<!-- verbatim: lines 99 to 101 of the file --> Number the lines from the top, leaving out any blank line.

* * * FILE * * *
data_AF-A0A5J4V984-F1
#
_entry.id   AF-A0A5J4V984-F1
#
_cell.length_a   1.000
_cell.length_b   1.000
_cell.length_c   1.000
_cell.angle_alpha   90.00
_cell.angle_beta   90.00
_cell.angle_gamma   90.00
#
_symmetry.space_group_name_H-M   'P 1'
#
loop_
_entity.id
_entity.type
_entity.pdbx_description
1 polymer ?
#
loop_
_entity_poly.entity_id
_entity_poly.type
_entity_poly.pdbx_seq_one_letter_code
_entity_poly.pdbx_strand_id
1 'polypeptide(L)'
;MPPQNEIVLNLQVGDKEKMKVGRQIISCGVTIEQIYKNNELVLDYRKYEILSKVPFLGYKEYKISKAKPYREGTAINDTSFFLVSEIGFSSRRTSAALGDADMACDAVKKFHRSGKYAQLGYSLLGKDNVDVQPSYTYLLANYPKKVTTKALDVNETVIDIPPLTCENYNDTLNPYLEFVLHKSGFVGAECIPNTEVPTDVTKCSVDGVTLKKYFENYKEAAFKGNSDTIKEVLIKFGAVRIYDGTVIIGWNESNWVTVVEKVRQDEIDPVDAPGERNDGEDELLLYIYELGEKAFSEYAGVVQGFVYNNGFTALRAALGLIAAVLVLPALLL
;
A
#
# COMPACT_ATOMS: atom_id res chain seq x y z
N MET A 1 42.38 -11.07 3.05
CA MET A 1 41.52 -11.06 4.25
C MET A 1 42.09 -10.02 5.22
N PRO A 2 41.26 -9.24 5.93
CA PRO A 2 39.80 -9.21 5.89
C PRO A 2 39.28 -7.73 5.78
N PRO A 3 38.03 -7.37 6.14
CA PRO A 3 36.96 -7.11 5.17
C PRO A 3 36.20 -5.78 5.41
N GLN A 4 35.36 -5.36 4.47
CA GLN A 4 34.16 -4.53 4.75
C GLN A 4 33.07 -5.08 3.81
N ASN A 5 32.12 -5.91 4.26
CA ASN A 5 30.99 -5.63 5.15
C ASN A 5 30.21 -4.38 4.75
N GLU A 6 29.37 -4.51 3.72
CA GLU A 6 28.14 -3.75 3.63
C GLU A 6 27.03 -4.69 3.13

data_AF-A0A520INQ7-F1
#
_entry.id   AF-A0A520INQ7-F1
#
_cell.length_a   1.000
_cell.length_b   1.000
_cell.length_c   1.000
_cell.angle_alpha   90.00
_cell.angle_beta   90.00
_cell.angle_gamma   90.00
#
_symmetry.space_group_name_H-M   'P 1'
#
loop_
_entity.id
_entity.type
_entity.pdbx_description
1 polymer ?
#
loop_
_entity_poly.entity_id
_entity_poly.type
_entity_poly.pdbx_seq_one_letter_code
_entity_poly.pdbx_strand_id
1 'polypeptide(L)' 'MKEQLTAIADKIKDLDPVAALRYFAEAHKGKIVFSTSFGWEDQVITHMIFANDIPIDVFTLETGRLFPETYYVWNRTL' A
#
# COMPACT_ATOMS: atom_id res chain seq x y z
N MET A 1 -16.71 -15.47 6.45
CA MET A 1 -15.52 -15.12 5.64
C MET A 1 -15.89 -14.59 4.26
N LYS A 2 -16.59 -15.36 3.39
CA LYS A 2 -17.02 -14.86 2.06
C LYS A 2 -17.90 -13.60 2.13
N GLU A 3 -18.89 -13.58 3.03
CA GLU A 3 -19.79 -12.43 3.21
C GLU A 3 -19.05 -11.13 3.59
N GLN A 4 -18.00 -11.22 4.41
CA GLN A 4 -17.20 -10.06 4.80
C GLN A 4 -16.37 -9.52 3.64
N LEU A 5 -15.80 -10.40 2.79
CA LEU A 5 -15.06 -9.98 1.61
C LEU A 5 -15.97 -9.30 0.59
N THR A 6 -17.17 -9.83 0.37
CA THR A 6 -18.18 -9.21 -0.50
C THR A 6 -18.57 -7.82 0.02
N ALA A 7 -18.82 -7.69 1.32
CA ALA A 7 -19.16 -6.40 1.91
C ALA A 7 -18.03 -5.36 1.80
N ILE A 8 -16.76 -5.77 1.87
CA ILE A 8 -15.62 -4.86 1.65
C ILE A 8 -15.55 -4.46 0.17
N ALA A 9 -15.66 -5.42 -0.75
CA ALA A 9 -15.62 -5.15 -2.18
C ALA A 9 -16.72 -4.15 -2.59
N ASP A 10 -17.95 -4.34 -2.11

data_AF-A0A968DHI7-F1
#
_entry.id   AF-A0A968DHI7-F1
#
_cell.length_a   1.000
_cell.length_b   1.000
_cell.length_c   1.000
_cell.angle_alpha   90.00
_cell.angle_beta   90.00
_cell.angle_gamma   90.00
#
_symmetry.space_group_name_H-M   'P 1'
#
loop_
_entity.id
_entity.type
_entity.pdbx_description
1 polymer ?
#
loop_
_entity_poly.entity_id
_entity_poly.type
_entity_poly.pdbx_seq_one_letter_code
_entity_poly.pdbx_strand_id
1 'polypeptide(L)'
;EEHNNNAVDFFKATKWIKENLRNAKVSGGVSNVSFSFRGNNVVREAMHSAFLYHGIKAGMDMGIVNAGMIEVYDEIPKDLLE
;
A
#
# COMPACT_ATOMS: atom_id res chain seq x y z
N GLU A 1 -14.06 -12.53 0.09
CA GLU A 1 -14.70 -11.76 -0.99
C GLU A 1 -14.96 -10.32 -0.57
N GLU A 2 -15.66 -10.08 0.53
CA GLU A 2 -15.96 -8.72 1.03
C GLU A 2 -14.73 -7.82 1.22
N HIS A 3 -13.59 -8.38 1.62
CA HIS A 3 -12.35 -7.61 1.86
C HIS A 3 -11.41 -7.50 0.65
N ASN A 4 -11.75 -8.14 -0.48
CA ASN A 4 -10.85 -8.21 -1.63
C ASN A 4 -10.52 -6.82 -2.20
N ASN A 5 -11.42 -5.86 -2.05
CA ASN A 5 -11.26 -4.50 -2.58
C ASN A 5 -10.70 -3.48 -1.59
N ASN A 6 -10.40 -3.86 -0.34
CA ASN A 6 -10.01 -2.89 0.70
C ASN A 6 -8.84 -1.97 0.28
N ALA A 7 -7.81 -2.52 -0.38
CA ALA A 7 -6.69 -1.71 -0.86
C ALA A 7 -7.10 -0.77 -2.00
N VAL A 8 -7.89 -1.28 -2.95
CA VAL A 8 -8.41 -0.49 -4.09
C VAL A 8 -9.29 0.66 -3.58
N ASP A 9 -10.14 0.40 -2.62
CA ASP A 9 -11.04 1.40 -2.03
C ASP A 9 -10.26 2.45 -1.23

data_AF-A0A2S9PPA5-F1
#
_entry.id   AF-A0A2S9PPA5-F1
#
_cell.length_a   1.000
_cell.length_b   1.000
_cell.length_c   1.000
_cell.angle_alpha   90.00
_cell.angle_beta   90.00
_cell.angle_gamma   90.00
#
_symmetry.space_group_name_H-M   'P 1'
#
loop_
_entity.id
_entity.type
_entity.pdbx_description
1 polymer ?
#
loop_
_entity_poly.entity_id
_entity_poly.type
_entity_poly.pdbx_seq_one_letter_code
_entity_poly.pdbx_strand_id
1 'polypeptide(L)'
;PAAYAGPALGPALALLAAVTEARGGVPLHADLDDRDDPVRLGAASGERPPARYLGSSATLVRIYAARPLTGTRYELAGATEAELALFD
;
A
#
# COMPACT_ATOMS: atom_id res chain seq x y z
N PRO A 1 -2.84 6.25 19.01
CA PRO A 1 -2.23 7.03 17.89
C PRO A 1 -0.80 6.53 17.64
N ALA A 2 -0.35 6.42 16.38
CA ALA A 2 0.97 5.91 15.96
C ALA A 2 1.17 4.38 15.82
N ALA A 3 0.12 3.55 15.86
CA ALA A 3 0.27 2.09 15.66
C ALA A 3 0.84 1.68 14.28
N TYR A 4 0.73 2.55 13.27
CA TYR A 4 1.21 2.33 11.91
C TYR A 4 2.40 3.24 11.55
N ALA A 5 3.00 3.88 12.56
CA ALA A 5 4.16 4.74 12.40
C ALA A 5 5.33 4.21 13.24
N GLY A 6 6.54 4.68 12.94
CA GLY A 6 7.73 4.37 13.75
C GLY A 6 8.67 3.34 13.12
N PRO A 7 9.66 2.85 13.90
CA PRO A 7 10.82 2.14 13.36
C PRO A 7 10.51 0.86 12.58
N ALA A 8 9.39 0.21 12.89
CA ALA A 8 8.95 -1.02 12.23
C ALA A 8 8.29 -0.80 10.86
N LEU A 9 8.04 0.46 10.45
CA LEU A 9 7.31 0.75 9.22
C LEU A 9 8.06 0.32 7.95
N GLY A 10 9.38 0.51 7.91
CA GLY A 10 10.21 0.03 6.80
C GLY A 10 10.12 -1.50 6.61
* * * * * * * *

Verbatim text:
C ILE A 8 -15.55 -4.46 0.17
N ALA A 9 -15.66 -5.42 -0.75
CA ALA A 9 -15.62 -5.15 -2.18